A group of energy and environmental organizations submitted a petition to state government last week asking that it adopt tougher standards affecting auto emissions.
The main change would call for car manufacturers to provide New Mexico dealers with a higher inventory of zero-emission cars such as battery-driven vehicles and low-emission cars such as plug-in hybrids.
The eight groups that filed the petition with the state’s Environmental Improvement Board include the Sierra Club, Southwest Energy Efficiency Project, Conservation Voters New Mexico and the Center for Civic Policy.
Tammy Fiebelkorn of the Southwest Energy Efficiency Project said the group is “just trying to get the ball moving.”
Travis Madsen, transportation program director for Southwest Energy Efficiency, said about 15 states have adopted similar standards or are working towards them.
Joining other states to enact stricter standards “will help tackle the climate crisis, clear the air that our residents breathe, and create jobs building a clean car infrastructure in the state,” Demis Foster of Conservation Voters New Mexico said in a news release.
The coalition hopes the state board adopts the standards by the end of the year. Madsen said the state would have to give manufacturers two years’ notice, so the earliest the standards would kick in would be 2024.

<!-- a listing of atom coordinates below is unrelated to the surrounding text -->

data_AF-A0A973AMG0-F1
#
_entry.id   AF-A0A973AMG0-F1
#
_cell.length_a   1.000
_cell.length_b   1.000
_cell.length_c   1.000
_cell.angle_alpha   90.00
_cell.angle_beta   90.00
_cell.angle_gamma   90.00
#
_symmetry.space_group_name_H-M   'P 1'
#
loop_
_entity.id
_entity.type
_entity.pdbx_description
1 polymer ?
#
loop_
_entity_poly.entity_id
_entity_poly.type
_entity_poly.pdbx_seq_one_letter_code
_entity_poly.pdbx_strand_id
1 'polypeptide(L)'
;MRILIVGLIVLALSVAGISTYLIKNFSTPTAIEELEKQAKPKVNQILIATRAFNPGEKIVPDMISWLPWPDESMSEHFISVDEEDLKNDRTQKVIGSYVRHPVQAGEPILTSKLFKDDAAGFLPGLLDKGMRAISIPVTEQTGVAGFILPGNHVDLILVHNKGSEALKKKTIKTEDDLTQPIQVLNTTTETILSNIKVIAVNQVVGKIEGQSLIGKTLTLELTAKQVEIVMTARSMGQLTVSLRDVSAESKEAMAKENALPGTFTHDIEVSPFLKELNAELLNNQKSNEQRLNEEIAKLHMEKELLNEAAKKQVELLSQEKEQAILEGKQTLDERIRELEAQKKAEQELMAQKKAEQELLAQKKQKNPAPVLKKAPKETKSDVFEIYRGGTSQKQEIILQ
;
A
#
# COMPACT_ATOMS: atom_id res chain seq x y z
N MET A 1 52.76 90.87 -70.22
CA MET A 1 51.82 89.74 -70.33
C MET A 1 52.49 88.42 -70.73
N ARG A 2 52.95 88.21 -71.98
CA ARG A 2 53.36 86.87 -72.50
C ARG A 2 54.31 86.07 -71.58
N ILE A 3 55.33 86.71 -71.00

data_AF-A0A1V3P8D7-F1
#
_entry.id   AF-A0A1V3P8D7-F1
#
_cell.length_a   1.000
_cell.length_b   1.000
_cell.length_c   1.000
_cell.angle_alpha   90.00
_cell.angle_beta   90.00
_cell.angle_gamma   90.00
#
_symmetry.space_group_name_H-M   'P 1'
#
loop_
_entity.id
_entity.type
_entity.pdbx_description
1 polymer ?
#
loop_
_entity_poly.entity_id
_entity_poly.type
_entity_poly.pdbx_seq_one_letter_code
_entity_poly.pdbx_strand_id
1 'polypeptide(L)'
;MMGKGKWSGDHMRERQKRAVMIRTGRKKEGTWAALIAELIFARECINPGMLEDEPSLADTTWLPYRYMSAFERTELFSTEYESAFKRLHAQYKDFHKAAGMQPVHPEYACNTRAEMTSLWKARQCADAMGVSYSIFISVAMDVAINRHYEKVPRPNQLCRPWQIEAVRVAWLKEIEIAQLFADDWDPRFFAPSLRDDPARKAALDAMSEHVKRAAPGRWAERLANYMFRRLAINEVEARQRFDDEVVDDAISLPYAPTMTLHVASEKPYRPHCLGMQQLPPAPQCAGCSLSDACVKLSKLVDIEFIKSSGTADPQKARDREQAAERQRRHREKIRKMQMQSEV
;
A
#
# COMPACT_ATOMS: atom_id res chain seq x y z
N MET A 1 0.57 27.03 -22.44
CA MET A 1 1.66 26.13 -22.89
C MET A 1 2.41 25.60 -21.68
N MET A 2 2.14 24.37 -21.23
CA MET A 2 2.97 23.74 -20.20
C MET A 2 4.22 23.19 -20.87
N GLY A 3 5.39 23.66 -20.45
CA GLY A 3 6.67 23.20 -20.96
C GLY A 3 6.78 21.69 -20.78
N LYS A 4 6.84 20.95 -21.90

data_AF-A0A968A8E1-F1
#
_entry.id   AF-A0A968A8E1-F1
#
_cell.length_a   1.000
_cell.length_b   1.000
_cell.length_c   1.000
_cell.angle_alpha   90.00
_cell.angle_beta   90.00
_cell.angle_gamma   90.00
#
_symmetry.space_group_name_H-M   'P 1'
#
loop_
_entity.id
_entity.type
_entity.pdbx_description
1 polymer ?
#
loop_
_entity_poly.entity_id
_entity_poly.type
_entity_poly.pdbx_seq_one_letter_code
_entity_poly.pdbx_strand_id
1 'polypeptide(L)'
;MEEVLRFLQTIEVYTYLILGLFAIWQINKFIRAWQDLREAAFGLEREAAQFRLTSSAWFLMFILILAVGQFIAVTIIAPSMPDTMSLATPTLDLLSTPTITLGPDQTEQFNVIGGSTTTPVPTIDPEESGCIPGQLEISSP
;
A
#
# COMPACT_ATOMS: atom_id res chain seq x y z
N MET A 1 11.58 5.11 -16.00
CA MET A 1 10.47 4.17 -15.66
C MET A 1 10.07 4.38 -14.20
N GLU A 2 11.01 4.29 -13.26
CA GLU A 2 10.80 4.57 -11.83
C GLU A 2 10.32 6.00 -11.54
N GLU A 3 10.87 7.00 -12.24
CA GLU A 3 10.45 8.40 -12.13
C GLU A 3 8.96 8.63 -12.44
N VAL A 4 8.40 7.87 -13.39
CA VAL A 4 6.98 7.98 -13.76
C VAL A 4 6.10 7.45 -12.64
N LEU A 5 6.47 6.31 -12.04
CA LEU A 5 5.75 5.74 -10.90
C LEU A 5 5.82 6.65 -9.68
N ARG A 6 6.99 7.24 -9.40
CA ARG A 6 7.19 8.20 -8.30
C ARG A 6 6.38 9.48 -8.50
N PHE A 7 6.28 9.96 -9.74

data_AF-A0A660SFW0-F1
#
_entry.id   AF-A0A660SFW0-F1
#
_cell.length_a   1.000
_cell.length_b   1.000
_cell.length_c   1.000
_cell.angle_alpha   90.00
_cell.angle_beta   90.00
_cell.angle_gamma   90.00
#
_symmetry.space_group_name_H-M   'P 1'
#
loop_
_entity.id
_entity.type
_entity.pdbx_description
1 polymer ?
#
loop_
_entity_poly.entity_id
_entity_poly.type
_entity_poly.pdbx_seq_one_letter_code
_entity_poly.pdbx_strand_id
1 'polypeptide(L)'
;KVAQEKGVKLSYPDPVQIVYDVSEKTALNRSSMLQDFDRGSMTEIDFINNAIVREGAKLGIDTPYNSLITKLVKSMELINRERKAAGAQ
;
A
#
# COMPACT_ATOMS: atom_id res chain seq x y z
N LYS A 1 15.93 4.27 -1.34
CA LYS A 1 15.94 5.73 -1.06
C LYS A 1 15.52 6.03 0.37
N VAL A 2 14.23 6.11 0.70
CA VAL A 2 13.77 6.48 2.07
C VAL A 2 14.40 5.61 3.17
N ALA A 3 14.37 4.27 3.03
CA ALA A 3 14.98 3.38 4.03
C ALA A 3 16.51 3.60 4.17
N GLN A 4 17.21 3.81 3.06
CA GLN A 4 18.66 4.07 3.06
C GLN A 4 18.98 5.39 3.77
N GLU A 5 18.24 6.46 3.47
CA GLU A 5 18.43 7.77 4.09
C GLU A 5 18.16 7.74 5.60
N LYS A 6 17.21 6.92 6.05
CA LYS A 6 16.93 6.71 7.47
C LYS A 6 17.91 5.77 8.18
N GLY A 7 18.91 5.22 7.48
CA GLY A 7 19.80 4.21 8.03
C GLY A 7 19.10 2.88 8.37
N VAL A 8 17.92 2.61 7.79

Fiebelkorn said Gov. Michelle Lujan Grisham has expressed support for such a change.
Maddy Hayden of the New Mexico Environment Department said the governor’s administration is “100 percent committed to making New Mexico clean car rules a reality.”
Hayden said the department is fully occupied with developing a rule on ozone as it relates to the oil and gas industry. But the administration expects to file its proposed rules for clean cars in December, she said, and hold formal public hearings in May.
The coalition’s petition also pertains to tailpipe and other emissions from vehicles, although the standards would not differ in that respect from rules set by former President Barack Obama.
The Alliance for Automotive Innovation said battery-electric and plug-in hybrid cars made up about 1 percent of the New Mexico market in 2020.
Madsen estimated the policy, if enacted, would result in at least 6 percent of new vehicle sales being plug-in hybrid and battery-powered electric cars by 2026.
“Consumers can’t buy what isn’t available to them,” Madsen wrote in an email. “Adopting this rule would make more plug-in vehicles available in New Mexico, which would make it easier for consumers to buy them and increase market share.”
Automakers already are shifting to zero-emission vehicles, Madsen said. Every major automaker in the world plans to electrify a much higher portion of their fleets in the next few years, he said.
Electric vehicles are cheaper to operate than conventional cars, he said, since they don’t need oil changes and some other typical maintenance.